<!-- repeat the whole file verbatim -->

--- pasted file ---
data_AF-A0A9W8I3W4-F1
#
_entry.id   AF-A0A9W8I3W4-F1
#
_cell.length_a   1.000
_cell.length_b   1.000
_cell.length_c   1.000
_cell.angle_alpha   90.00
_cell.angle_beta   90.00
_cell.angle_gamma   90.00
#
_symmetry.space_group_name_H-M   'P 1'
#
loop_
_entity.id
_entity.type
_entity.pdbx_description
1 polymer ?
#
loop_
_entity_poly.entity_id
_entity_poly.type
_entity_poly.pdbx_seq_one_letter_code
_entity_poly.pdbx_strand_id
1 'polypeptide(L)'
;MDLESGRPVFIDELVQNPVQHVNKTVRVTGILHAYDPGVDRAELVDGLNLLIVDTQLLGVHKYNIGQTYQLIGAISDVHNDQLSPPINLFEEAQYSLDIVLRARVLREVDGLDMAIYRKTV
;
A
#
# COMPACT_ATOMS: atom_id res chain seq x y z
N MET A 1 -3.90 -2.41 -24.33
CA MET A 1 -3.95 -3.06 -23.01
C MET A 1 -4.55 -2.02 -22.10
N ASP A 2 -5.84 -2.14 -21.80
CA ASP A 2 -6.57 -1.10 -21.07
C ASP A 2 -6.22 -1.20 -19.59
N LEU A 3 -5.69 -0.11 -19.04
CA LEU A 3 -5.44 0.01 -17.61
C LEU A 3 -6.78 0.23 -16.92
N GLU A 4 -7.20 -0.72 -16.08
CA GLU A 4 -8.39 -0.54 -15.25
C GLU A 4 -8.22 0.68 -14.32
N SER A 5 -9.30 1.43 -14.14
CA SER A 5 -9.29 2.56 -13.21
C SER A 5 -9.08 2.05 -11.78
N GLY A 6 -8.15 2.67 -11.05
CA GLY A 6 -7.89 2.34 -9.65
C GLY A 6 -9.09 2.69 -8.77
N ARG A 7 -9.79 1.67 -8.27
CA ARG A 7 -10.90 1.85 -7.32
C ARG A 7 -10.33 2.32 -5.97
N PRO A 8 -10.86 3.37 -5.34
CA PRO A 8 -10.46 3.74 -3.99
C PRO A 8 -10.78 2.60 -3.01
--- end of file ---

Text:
data_AF-A0A9W8I3W4-F1
#
_entry.id   AF-A0A9W8I3W4-F1
#
_cell.length_a   1.000
_cell.length_b   1.000
_cell.length_c   1.000
_cell.angle_alpha   90.00
_cell.angle_beta   90.00
_cell.angle_gamma   90.00
#
_symmetry.space_group_name_H-M   'P 1'
#
loop_
_entity.id
_entity.type
_entity.pdbx_description
1 polymer ?
#
loop_
_entity_poly.entity_id
_entity_poly.type
_entity_poly.pdbx_seq_one_letter_code
_entity_poly.pdbx_strand_id
1 'polypeptide(L)'
;MDLESGRPVFIDELVQNPVQHVNKTVRVTGILHAYDPGVDRAELVDGLNLLIVDTQLLGVHKYNIGQTYQLIGAISDVHNDQLSPPINLFEEAQYSLDIVLRARVLREVDGLDMAIYRKTV
;
A
#
# COMPACT_ATOMS: atom_id res chain seq x y z
N MET A 1 -3.90 -2.41 -24.33
CA MET A 1 -3.95 -3.06 -23.01
C MET A 1 -4.55 -2.02 -22.10
N ASP A 2 -5.84 -2.14 -21.80
CA ASP A 2 -6.57 -1.10 -21.07
C ASP A 2 -6.22 -1.20 -19.59
N LEU A 3 -5.69 -0.11 -19.04
CA LEU A 3 -5.44 0.01 -17.61
C LEU A 3 -6.78 0.23 -16.92
N GLU A 4 -7.20 -0.72 -16.08
CA GLU A 4 -8.39 -0.54 -15.25
C GLU A 4 -8.22 0.68 -14.32
N SER A 5 -9.30 1.43 -14.14
CA SER A 5 -9.29 2.56 -13.21
C SER A 5 -9.08 2.05 -11.78
N GLY A 6 -8.15 2.67 -11.05
CA GLY A 6 -7.89 2.34 -9.65
C GLY A 6 -9.09 2.69 -8.77
N ARG A 7 -9.79 1.67 -8.27
CA ARG A 7 -10.90 1.85 -7.32
C ARG A 7 -10.33 2.32 -5.97
N PRO A 8 -10.86 3.37 -5.34
CA PRO A 8 -10.46 3.74 -3.99
C PRO A 8 -10.78 2.60 -3.01